“Taiwan doesn’t want to become a cesium recycling bin,” members from a dozen civic groups said yesterday in Taipei, asking the Department of Health (DOH) to explain why on June 27 it proposed amending safety regulations to permit higher levels of cesium-134 (Cs-134) and cesium-137 (Cs-137) in food.
The revision of the Standard of Safety Tolerance of Nuclear Fallout or Radioactivity Contamination for Food (食品中原子塵或放射能污染安全容許量標準) would reduce the maximum permissible limit of two particular radioactive isotopes — Cs-134 and Cs-137 — in dairy products and baby food from 370 becquerels per kilogram (Bq/kg) to 200Bq/kg, but increases the limit from 370Bq/kg to 600Bq/kg for other foods.
The department also said it would be fielding input from the public for a 60-day period that will end on Aug. 29.
Homemakers United Foundation president Chen Man-li (陳曼麗) said many civic groups had gathered to voice their concerns about the amended regulation because the DOH had only replied to their suggestions and concerns by stating the revision was made based on professional assessments.
“If the department continues to turn a cold shoulder to us on this issue and is not willing to communicate with people, then we civic groups must speak out to inform the public,” she said.
Wild at Heart Legal Defense Foundation attorney Tsai Ya-ying (蔡雅瀅) said the revised regulation would affect everyone in Taiwan, so there must be discussion, and the government should release research reports so everyone could understand the effects of exposure to the radioactive isotopes.
The DOH should consider the actual environment and eating habits in Taiwan, such as Taiwan’s reliance on many imported foodstuffs, low rates of breast feeding and the possibility of higher radioactive exposure in the environment due to Taipei being close to three nuclear power plants, she said.
“The DOH should hold public hearings or symposiums on the risk of exposure,” she said. “Since the government said it has examined samples of imported food, it should make public the actual radiation levels it detected and the names of the products, so consumers can make informed choices.”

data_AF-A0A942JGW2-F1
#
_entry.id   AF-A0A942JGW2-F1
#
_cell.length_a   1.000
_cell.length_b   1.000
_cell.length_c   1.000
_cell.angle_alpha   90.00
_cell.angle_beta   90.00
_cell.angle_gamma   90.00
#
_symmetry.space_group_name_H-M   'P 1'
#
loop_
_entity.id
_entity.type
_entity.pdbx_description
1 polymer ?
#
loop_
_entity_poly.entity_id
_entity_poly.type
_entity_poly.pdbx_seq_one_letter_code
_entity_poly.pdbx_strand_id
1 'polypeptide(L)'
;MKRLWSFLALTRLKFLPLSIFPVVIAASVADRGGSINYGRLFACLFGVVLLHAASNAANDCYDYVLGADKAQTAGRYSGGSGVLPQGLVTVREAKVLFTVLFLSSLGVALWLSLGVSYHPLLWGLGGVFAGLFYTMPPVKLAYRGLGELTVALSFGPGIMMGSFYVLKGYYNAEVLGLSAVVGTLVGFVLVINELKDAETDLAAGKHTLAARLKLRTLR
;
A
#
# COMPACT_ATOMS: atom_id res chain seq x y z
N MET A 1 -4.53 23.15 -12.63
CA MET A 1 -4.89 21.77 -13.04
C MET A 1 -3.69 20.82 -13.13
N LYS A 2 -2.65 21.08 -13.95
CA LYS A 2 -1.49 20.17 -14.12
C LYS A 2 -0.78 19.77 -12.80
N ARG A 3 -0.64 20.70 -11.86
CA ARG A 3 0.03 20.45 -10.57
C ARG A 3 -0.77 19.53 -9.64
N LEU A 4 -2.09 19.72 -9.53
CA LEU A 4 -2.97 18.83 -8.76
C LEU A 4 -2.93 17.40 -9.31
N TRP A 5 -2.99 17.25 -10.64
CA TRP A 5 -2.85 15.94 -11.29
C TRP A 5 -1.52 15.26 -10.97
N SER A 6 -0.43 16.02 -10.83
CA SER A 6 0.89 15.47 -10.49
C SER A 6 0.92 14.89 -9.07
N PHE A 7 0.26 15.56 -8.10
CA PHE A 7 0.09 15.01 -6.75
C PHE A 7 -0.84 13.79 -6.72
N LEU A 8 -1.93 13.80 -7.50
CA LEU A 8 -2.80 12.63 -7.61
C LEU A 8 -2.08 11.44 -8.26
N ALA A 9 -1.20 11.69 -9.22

Yukiko Komiya, a Japanese woman who got married in Taiwan and has lived here for more than 10 years, said many mothers in Japan asked for refunds for a brand of milk powder after its level of Cs-134 and Cs-137 reached 40Bq/kg, but now the revised limit for dairy products and baby food is 200Bq/kg, much higher than the limit of 50Bq/kg in Japan.
The maximum allowable limit of Cs-134 and Cs-137 in Japan for general foodstuffs was raised from 100Bq/kg to 500Bq/kg after the Fukushima Dai-ichi nuclear power plant crisis last year, sparking controversy, and was lowered back to 100Bq/kg in April, Green Citizen Action Alliance secretary-general Tsuei Su-hsin (崔愫欣) said.
“Setting a safety limit does not mean food with radiation levels below it is harmless to the body … and cesium-137 has a half-life of about 30 years, meaning that radiation levels will only fall to half of their original levels after 30 years, so the radioactive isotopes may continue to harm the body for decades,” the Consumers’ Foundation’s Su Wei-shuo (蘇偉碩) said.
“The government’s risk assessment should be about honestly telling the people about the pros and cons, such as explaining the impact of eating or not eating food contaminated by radioactive isotopes,” Nuclear-Free Homeland Alliance executive director Lee Cho-han (李卓翰) said.
According to the Administrative Procedure Act (行政程序法), the promulgated draft can be altered if civic groups provide sufficient evidence to reject it, lawyer Tien Meng-chieh (田蒙潔) said, adding: “However, the government should make its information available first, or the civic sectors will have difficulties giving applicable suggestions.”